By now, many Jackson Hole arts personalities and organizations have heard the news that on March 18th, the Jackson Town Council created a Public Art Task Force. That new entity will have an official relationship with JH Public Art, and Carrie Geraci was named Public Art Coordinator. The step bolsters JH Public Art’s efforts to establish “systematic review of all public art projects proposed in the valley,” providing a “second layer of review” that places community and public safety as top priorities.
Geraci sent out the call to anyone interested in working with the Public Art Task force, an opportunity to be involved in the direction and quality of public art going forward. An interesting prospect, and I sent Geraci some questions about how the Task Force would work and what how JH Public Art, a non-profit, would be incorporated into Town planning for public art.
Geraci says the task force will will consist of approximately seven individuals, and positions are voluntary. Geraci estimates that the number of task force meetings per year could count anywhere from two to 12, depending on need.
“The task force reviews the annual capital improvement projects of the Town and makes a recommendation to the Town on what projects might be beneficial to include public art,” explained Geraci. “The ‘Annual Art in Public Spaces Plan (APP)’ will also recommend suggested maintenance [of the art]. The APP will be created based on criteria outlined in Public Art Guidelines. The Mayor and Council vote on whether to approve the project. The task force will also review projects [undertaken] by private developers or entities in public spaces.”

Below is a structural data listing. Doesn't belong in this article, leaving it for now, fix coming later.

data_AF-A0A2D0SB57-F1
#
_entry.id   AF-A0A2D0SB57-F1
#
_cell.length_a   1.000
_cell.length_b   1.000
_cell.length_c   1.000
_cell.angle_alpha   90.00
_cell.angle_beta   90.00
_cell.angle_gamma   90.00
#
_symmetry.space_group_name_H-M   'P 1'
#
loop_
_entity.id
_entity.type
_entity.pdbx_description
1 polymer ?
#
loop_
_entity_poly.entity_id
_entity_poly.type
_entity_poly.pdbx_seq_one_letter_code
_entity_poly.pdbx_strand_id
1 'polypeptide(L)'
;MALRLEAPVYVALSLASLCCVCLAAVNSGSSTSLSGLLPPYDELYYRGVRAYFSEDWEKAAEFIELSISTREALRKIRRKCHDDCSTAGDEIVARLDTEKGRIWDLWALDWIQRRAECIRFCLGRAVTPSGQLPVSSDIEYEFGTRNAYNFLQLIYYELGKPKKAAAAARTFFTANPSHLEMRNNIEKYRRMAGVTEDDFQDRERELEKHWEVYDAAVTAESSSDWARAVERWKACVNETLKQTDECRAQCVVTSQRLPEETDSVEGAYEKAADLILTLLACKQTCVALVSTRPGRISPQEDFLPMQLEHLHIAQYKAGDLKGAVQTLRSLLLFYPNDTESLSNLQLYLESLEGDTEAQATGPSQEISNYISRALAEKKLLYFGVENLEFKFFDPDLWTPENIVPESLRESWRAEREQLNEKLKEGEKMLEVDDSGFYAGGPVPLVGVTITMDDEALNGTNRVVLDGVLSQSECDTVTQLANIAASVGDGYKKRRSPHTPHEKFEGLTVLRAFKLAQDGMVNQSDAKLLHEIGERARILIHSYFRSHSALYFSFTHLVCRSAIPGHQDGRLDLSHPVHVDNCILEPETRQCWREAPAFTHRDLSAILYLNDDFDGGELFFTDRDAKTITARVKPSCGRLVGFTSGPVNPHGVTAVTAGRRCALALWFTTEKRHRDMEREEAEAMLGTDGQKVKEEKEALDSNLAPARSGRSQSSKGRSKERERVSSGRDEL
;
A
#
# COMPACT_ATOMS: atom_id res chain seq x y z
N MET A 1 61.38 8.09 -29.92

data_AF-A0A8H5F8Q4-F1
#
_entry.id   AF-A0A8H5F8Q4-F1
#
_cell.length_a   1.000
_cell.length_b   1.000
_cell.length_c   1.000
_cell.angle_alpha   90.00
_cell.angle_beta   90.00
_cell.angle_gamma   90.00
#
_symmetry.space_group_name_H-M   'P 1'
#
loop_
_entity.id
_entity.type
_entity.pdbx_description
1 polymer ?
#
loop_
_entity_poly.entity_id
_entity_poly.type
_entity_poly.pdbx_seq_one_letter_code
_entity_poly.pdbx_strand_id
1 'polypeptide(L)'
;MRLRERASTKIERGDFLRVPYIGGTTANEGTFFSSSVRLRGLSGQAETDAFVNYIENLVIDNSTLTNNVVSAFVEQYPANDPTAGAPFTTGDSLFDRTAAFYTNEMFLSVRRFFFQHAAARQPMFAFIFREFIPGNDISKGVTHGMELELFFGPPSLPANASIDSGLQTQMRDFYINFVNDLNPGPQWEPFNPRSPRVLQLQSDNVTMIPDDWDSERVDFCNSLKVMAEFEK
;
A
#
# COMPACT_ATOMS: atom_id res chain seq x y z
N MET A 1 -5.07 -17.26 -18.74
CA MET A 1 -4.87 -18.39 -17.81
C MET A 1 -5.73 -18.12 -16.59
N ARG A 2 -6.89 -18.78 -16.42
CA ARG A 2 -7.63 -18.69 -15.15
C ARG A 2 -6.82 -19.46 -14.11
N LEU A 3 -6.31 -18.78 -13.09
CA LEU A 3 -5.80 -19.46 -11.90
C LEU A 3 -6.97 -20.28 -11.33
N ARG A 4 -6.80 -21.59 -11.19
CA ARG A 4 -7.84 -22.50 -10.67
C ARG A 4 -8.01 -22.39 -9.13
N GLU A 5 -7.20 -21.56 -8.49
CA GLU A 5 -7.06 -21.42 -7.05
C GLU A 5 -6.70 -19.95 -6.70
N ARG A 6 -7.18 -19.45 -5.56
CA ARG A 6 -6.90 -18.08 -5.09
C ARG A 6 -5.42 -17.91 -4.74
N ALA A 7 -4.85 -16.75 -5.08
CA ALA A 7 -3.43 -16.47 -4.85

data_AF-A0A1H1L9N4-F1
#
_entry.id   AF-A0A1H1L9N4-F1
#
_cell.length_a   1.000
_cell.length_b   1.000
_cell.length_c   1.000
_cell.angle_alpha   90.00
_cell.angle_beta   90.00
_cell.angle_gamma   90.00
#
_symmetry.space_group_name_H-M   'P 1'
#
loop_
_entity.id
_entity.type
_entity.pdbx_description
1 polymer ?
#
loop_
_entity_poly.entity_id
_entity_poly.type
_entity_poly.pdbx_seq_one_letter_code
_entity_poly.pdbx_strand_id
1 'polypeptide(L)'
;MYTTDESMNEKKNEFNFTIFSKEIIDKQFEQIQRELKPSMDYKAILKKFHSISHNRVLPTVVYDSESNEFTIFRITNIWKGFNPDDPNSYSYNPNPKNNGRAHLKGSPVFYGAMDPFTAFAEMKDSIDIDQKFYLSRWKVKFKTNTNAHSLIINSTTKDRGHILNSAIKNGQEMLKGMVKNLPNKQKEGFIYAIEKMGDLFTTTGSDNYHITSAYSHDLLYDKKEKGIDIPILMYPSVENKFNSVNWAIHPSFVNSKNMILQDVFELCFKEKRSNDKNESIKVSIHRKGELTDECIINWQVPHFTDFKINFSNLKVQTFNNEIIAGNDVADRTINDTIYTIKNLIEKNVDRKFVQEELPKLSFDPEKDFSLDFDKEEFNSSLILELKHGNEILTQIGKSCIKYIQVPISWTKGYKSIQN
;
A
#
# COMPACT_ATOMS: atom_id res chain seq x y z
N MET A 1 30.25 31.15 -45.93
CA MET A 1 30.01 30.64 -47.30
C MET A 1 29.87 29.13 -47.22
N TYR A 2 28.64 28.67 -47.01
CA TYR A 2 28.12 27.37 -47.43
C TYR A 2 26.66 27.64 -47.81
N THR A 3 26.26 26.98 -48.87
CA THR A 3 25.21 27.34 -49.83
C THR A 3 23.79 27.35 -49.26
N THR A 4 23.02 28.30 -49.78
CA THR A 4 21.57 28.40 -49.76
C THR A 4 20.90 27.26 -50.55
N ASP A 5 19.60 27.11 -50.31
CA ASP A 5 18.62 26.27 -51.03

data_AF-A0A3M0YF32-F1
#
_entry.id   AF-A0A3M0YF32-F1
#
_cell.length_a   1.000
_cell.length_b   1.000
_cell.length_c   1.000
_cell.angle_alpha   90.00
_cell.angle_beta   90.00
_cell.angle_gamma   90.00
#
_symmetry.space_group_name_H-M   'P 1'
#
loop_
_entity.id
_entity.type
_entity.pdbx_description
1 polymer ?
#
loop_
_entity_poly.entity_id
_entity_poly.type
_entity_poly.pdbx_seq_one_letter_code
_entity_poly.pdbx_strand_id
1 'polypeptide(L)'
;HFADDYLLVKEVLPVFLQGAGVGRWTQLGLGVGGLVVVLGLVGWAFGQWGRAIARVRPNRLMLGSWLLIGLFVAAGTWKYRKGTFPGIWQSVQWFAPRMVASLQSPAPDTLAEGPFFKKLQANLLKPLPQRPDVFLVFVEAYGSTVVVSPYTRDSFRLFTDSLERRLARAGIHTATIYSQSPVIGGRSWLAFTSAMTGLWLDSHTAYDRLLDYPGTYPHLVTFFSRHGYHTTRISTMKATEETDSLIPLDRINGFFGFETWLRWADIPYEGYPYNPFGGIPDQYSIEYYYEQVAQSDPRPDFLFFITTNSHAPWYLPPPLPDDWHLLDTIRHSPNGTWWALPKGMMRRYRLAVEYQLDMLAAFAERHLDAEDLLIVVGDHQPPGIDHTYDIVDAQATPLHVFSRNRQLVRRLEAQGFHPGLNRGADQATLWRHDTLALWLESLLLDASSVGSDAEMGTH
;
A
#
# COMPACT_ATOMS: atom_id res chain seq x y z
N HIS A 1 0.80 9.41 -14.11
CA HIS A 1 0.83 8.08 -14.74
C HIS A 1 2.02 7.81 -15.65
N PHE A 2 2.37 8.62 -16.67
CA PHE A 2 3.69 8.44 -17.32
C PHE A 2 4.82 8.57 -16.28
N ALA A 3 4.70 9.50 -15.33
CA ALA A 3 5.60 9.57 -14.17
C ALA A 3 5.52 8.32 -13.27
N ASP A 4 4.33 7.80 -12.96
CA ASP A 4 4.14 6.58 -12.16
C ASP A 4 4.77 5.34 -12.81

As far as distinguishing between Town and non-profit status, Geraci says she is effectively a project-by-project contract laborer for the Town. When working for the Town, she is coordinator. As non-profit director for JH Public Art, she provides services not paid for by the Town; those include organizing task force meetings, working on the APP plan, and “leveraging private investment in projects when necessary, appropriate or possible.”
“One of the benefits of this approach is that we are able to integrate public art at the earliest point in the project; this helps increase quality and efficiency and coordination with town staff,” says Geraci. “It also gives us the ability to recommend pooling smaller projects into a single place, [which we see as] fiscally responsible and saves time and money.”
Interested in applying for the new task force? There is more to learn! Contact Carrie Geraci at [email protected], or phone 307-413-1474.
Keen to apply? Contact Carrie Geraci for details.